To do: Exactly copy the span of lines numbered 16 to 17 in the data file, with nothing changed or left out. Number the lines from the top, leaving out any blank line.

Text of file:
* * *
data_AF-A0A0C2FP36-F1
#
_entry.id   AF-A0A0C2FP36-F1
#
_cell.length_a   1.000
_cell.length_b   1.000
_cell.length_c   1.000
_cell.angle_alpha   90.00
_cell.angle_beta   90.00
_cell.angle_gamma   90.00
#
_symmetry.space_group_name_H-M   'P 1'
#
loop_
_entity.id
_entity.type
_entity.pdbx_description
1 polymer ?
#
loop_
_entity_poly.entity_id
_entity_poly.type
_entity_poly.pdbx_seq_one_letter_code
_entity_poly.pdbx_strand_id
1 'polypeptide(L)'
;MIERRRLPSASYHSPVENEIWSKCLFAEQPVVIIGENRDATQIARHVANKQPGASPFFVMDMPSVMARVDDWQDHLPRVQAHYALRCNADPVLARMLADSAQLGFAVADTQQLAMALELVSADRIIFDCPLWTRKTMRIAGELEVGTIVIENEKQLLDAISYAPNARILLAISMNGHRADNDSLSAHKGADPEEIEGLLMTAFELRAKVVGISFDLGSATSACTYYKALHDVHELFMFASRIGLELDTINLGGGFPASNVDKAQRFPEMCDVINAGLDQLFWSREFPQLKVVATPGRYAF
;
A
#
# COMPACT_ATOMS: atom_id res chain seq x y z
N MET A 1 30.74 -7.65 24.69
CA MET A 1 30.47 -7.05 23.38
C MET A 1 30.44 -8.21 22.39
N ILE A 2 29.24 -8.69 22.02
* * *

_entity.type
_entity.pdbx_description